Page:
While you may not see any real signs of the emerging wisdom teeth when they are impacted, what you cannot see can still definitely hurt you. Some of the indicators of impacted wisdom teeth are listed below.

  • Jaw Pain: Pain in the back of your jaw is a common indicator of impacted wisdom teeth. The pain often concentrates in the area around your gums.
  • Changes in the Mouth: You may notice some changes in your mouth when you have impacted wisdom teeth. Reddish gums, swelling in the jaw, bleeding gums, and bad breath can all be indicators that you are dealing with impacted wisdom teeth.
  • Headaches: If you suddenly start having headaches, especially at the same time as some of the other issues mentioned above, they may indicate impacted wisdom teeth.
  • Chewing Issues: Problems with chewing normally can indicate impacted wisdom teeth. If you are having trouble making the chewing motions because your mouth won’t quite open and close as easily as it used to, impacted wisdom teeth may be the culprit.

If you are suffering from impacted wisdom teeth, the best solution is usually going to be removal. This is not a problem that will resolve naturally, and in fact, your pain and other symptoms may worsen as your wisdom teeth become increasingly impacted. Dr. Idiculla can review the details of wisdom teeth removal surgery with you and help you determine if this is the best solution for your situation.

Wisdom Teeth

Published on August 27, 2015 by

When your wisdom teeth start to emerge it can definitely be painful, but it can be even worse if your wisdom teeth become impacted. Impacted wisdom teeth are trying to erupt but are unable to do so because there is not sufficient room for them to emerge. This usually means that your wisdom teeth are painfully lodged in your jawbone.

While you may not see any real signs of the emerging wisdom teeth when they are impacted, what you can’t see can still definitely hurt you. Some of the indicators of impacted wisdom teeth are listed below.

  • Jaw Pain: Pain in the back of your jaw is a common indicator of impacted wisdom teeth. The pain often concentrates in the area around your gums.
  • Changes in the Mouth: You may notice some changes in your mouth when you have impacted wisdom teeth. Reddish gums, swelling in the jaw, bleeding gums, and bad breath can all be indicators that you are dealing with impacted wisdom teeth.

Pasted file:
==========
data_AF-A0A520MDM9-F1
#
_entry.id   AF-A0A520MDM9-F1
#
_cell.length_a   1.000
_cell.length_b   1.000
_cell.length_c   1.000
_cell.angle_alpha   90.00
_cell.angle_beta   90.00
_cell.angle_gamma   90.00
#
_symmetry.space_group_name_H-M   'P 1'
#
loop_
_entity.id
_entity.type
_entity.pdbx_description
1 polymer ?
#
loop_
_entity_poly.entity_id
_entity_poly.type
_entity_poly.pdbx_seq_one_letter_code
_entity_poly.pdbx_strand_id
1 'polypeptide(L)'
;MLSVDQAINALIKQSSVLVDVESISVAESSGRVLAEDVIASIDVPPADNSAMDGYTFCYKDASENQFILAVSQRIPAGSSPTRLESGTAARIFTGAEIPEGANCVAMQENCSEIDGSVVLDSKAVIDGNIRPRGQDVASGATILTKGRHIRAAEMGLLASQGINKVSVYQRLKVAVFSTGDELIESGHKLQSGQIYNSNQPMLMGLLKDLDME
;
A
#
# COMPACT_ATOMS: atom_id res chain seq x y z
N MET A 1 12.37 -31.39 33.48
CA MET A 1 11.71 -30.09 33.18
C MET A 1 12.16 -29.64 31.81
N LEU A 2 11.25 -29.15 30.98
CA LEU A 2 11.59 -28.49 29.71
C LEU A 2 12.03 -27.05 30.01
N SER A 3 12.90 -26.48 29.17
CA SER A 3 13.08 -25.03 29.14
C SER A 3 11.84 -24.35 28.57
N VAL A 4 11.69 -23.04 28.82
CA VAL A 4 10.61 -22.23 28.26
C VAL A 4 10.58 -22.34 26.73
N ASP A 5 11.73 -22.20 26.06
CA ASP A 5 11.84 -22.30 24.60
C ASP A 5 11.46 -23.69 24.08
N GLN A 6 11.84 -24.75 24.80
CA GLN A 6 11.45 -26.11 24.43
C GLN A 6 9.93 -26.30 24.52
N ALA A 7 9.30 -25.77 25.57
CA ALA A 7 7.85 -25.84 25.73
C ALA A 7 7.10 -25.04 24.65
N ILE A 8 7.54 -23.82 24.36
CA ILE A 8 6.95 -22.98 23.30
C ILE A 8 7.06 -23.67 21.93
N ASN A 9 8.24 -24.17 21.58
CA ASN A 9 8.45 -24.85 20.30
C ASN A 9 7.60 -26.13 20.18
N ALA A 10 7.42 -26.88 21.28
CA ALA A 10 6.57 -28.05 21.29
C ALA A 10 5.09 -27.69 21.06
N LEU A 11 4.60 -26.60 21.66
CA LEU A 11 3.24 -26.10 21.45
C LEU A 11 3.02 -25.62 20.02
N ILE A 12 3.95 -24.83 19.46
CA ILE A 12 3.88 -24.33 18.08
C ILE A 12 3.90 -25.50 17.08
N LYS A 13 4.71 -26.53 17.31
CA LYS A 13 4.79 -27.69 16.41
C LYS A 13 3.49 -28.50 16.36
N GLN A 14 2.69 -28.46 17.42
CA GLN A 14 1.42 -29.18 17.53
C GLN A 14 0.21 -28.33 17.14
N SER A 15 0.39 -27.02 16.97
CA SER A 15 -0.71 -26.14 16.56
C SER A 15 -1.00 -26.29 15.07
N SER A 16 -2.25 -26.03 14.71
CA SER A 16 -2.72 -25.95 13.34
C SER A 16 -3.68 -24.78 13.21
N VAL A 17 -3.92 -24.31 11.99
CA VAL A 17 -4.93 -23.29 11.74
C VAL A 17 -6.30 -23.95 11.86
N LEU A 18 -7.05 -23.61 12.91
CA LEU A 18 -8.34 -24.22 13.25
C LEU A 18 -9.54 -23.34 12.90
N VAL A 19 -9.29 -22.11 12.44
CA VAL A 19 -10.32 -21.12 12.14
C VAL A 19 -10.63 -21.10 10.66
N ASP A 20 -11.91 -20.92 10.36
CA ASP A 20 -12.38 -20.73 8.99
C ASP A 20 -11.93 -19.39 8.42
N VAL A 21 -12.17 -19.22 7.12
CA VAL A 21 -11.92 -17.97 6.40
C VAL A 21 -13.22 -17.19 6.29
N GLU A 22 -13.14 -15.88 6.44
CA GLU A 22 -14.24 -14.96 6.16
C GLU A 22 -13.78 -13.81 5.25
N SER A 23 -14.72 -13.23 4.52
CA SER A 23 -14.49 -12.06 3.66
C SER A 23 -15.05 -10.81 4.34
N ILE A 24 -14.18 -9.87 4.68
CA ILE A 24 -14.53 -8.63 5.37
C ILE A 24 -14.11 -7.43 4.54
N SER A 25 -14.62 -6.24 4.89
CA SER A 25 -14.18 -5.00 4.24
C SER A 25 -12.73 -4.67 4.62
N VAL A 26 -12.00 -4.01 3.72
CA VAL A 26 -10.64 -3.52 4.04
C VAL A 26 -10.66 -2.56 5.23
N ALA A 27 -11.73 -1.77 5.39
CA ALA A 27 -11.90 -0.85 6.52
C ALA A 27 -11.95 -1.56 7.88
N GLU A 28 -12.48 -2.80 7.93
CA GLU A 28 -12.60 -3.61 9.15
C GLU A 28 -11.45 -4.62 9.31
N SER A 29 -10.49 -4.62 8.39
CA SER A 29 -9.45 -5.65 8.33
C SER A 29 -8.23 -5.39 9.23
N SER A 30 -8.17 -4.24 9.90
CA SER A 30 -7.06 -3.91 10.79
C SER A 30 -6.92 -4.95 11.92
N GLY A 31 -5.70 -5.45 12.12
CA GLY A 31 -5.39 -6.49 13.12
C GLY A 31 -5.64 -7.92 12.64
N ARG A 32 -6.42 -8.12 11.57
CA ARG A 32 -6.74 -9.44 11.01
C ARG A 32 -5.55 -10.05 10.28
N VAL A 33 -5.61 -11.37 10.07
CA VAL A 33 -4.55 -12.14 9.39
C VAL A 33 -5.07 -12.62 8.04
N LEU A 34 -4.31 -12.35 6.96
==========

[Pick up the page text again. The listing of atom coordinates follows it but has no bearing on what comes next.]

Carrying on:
• Headaches: If you suddenly start having headaches, especially at the same time as some of the other issues mentioned above, they may indicate impacted wisdom teeth.
  • Chewing Issues: Problems with chewing normally can indicate impacted wisdom teeth. If you are having trouble making the chewing motions because your mouth won’t quite open and close as easily as it used to, impacted wisdom teeth may be the culprit.

If you are suffering from impacted wisdom teeth, the best solution is usually going to be removal. This is not a problem that will resolve naturally, and in fact, your pain and other symptoms may worsen as your wisdom teeth become increasingly impacted. Dr. Idiculla can review the details of wisdom teeth removal surgery with you and help you determine if this is the best solution for your situation.

Prevent Decay with Dental Sealants

Published on August 7, 2015 by

 

What are dental sealants?

Made of plastic, dental sealants applied to the chewing surfaces of the back teeth to protect tooth enamel from decay-causing bacteria and acids. These sealants fit perfectly into the depression and groves (pits and fissures) of your children’s teeth, protecting them from decay.

When should dental sealants be applied?

Decay can begin early in life, so children should receive sealants on permanent molars as soon as they erupt – around age 6 for first molars and age 12 for second molars.

Will my insurance pay for sealants?

Dental insurance typically will pay for sealants for children and teenagers’ permanent molars.  Be sure to check with your dental insurance company about your plan, as coverage does vary.